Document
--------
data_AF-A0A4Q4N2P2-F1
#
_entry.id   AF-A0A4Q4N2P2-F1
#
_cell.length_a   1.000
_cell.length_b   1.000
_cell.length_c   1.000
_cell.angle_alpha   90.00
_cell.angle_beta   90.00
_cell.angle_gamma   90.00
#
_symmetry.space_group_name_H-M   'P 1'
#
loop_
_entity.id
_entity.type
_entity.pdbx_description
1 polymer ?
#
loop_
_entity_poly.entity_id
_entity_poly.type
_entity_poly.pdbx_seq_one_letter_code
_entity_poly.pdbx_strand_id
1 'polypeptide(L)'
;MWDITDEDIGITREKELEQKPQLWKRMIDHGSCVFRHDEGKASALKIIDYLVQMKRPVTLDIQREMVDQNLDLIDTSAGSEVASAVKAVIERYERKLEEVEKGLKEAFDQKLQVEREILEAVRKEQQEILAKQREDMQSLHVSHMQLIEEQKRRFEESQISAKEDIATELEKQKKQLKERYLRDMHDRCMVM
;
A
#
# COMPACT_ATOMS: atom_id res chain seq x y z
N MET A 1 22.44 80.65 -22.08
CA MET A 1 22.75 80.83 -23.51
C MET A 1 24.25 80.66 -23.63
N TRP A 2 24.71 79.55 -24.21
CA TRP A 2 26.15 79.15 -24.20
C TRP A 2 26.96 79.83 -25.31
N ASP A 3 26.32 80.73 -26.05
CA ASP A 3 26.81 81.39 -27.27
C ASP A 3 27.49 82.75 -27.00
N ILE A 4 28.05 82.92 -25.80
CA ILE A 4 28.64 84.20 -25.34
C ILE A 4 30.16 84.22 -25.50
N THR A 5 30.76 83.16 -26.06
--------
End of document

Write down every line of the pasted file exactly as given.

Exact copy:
data_AF-A0A4Q4N2P2-F1
#
_entry.id   AF-A0A4Q4N2P2-F1
#
_cell.length_a   1.000
_cell.length_b   1.000
_cell.length_c   1.000
_cell.angle_alpha   90.00
_cell.angle_beta   90.00
_cell.angle_gamma   90.00
#
_symmetry.space_group_name_H-M   'P 1'
#
loop_
_entity.id
_entity.type
_entity.pdbx_description
1 polymer ?
#
loop_
_entity_poly.entity_id
_entity_poly.type
_entity_poly.pdbx_seq_one_letter_code
_entity_poly.pdbx_strand_id
1 'polypeptide(L)'
;MWDITDEDIGITREKELEQKPQLWKRMIDHGSCVFRHDEGKASALKIIDYLVQMKRPVTLDIQREMVDQNLDLIDTSAGSEVASAVKAVIERYERKLEEVEKGLKEAFDQKLQVEREILEAVRKEQQEILAKQREDMQSLHVSHMQLIEEQKRRFEESQISAKEDIATELEKQKKQLKERYLRDMHDRCMVM
;
A
#
# COMPACT_ATOMS: atom_id res chain seq x y z
N MET A 1 22.44 80.65 -22.08
CA MET A 1 22.75 80.83 -23.51
C MET A 1 24.25 80.66 -23.63
N TRP A 2 24.71 79.55 -24.21
CA TRP A 2 26.15 79.15 -24.20
C TRP A 2 26.96 79.83 -25.31
N ASP A 3 26.32 80.73 -26.05
CA ASP A 3 26.81 81.39 -27.27
C ASP A 3 27.49 82.75 -27.00
N ILE A 4 28.05 82.92 -25.80
CA ILE A 4 28.64 84.20 -25.34
C ILE A 4 30.16 84.22 -25.50
N THR A 5 30.76 83.16 -26.06